In April, Houston City Council member Sue Lovell asked if stimulus money could be used for local maintenance projects. Clark told TPC that the money could be used for maintenance as long TxDOT had classified the roads in question as something greater than “local” or “rural minor collectors” and as long as the roads required no new environmental clearances. Clark also said that the $33 million already let to contract in the Houston region was significantly underbid, which could free up money for contingency projects. Ashby Johnson of H-GAC said that some of the other Metropolitan Planning Organizations around the state were not nearly as organized as H-GAC and could lose some of their money, freeing up more for H-GAC projects.
Lovell said, “Many of us have maintenance work that is badly needed in our cities and counties,” and that she did not want to see a dime of the stimulus money be returned to Washington, D.C. Patterson said that TPC had already approved a list of primary and contingency projects, and that any maintenance items would have to be additions to the list, receiving lower priority than the other contingency projects. “I don’t want anyone to think we’re putting a maintenance project ahead of the approved contingency projects,” he said.
Patterson asked that a simple process be set up to determine maintenance project eligibility. Clark suggested running the language by the TPC officers in order to get started before the next meeting on June 26. The TPC decided earlier in the year to fund new roadway construction instead of maintenance projects that had been included in a preliminary list of projects that could have been included in the ARRA request.
Briefing on the Draft 2010-2011 Unified Planning Work Program
Johnson presented TPC members with an overview of the large projects in the draft UPWP, including quantifying mobile source greenhouse gas emissions, updating the regional aviation system plan for the first time since 1991, creating access management studies, performing commuter and freight rail analysis, and authoring county-level transit plans. H-GAC will hold a public meeting concerning the draft on June 2, and the public comment period ends June 10. The Technical Advisory Committee (TAC) is tentatively scheduled to vote on the draft on June 17, and TPC is expected to follow on June 26. The finalized UPWP is due to state and federal agencies on August 1.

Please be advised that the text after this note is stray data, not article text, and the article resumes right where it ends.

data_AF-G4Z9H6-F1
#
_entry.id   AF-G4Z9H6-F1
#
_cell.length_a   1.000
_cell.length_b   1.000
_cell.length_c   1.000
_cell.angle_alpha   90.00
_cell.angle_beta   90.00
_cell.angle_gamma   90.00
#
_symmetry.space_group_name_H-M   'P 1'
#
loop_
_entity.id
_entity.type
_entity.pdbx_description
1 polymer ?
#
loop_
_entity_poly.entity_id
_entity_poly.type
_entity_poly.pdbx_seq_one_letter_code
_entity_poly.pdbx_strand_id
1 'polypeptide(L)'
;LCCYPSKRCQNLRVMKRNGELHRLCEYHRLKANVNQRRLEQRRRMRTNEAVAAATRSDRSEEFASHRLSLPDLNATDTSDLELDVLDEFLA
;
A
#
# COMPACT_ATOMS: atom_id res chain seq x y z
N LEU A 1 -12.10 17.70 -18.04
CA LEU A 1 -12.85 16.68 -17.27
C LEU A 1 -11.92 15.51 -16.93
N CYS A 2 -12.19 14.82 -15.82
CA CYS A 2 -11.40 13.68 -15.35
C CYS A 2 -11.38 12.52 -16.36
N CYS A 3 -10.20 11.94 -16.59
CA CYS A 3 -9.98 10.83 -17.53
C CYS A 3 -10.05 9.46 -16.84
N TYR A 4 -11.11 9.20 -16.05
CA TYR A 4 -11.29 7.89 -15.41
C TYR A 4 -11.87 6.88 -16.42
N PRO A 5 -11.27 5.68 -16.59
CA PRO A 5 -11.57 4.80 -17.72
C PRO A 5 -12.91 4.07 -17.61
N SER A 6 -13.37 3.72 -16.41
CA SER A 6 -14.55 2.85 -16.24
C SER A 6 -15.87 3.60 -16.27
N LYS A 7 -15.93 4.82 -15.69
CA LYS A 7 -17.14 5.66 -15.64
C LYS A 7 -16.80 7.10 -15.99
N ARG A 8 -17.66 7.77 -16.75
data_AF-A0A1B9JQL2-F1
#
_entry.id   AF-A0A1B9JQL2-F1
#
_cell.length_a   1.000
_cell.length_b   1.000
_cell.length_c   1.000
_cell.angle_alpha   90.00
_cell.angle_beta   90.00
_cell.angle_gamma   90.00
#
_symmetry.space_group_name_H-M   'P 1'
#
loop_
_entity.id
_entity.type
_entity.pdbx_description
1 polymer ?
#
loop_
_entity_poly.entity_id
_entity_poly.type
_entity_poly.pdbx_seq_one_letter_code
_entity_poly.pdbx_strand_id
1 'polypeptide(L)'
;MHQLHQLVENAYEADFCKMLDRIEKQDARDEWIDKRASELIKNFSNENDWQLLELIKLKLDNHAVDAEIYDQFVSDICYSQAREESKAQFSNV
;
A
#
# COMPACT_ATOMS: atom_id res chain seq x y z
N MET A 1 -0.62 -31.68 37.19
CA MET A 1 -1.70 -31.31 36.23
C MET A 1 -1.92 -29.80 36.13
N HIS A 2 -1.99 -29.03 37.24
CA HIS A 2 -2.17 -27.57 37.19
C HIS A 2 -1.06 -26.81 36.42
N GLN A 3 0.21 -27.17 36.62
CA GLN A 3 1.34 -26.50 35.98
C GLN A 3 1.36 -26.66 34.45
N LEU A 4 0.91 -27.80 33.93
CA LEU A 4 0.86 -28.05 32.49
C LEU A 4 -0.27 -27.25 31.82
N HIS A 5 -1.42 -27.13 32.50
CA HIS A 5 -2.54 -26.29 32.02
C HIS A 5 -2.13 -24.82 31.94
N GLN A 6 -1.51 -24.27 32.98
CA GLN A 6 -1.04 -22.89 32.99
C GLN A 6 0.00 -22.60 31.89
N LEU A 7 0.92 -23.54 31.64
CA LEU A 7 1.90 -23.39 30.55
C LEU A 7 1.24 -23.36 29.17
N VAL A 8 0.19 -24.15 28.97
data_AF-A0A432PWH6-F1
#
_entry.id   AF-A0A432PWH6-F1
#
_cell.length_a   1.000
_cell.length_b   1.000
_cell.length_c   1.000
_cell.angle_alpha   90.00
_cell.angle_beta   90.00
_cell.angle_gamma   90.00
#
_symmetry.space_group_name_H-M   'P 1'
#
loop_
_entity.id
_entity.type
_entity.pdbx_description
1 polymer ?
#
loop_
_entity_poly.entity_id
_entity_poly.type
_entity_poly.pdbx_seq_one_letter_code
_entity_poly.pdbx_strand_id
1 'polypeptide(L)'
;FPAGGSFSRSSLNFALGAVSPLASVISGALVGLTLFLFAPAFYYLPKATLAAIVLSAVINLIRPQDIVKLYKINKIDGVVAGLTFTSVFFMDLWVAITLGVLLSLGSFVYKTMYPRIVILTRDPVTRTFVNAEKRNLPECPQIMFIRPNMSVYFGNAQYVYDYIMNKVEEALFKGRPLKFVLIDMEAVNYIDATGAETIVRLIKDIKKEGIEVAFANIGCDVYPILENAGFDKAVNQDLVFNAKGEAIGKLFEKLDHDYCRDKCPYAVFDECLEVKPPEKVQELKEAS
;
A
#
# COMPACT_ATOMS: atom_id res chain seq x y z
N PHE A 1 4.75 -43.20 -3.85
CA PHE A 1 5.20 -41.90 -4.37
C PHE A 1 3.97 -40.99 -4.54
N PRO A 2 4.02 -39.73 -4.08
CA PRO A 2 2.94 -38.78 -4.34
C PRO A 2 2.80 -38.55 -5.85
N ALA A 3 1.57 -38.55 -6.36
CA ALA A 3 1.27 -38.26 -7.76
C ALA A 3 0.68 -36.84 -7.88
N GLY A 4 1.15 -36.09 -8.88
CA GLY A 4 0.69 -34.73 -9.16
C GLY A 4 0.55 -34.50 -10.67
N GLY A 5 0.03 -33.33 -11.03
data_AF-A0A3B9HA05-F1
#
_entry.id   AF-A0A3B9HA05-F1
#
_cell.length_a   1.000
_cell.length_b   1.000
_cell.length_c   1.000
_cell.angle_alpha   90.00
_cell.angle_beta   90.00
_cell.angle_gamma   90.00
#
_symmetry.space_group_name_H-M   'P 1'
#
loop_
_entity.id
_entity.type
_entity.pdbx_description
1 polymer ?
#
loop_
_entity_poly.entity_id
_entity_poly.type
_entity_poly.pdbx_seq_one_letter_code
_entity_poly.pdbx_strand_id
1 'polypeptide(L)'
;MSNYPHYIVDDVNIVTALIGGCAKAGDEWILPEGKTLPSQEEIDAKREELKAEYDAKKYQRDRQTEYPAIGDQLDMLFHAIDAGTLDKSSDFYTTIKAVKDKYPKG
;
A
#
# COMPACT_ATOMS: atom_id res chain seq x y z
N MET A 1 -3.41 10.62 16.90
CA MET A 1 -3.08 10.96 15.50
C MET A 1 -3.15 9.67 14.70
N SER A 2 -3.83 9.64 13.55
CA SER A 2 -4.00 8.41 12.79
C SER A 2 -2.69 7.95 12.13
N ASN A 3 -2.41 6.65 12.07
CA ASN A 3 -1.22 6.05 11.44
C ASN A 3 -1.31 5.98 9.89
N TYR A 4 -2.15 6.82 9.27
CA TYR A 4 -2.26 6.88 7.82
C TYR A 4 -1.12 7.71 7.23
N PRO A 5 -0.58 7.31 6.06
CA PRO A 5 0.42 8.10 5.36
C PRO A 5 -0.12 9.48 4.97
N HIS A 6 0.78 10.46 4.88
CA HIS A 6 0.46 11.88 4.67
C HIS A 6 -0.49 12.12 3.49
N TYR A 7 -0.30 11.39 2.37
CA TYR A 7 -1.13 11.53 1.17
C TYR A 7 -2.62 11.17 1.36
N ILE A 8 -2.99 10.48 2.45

Allen Ritchie of H-GAC gave a presentation on current state legislation, noting that the state legislature passed the two-year state budget conference report, including $16.9 billion for TxDOT. He said that both houses had passed the TxDOT restructuring bill, but the two versions contained significant differences. The House called for 15 elected members on the governing board, while the Senate insisted on five appointed members with shorter term limits. In addition, the Senate version included a local-option transportation funding amendment, which would let voters in certain urban counties approve fees and taxes to fund local transportation projects.
Bike Month Presentation
Connie Clark, chair of the TAC Bicycle and Pedestrian Subcommittee, said that participation in bike-to-work events grew again, and Jim Murphy of the Westchase District gave a short presentation of the ways in which Westchase is trying to improve bicycle access.
Reports on Transportation Planning Activities
Clark noted that the US Department of Transportation would be holding a Transportation Investment Generating Economic Recovery (TIGER) grant workshop on July 1 from 1-4 pm at H-GAC. The TIGER grants, whose availability was announced on May 15, will provide $1.5 billion in discretionary transportation funding.
Clark noted a Federal Railroad Administration workshop Friday afternoon regarding high-speed rail along the South Central and Gulf Coast corridors.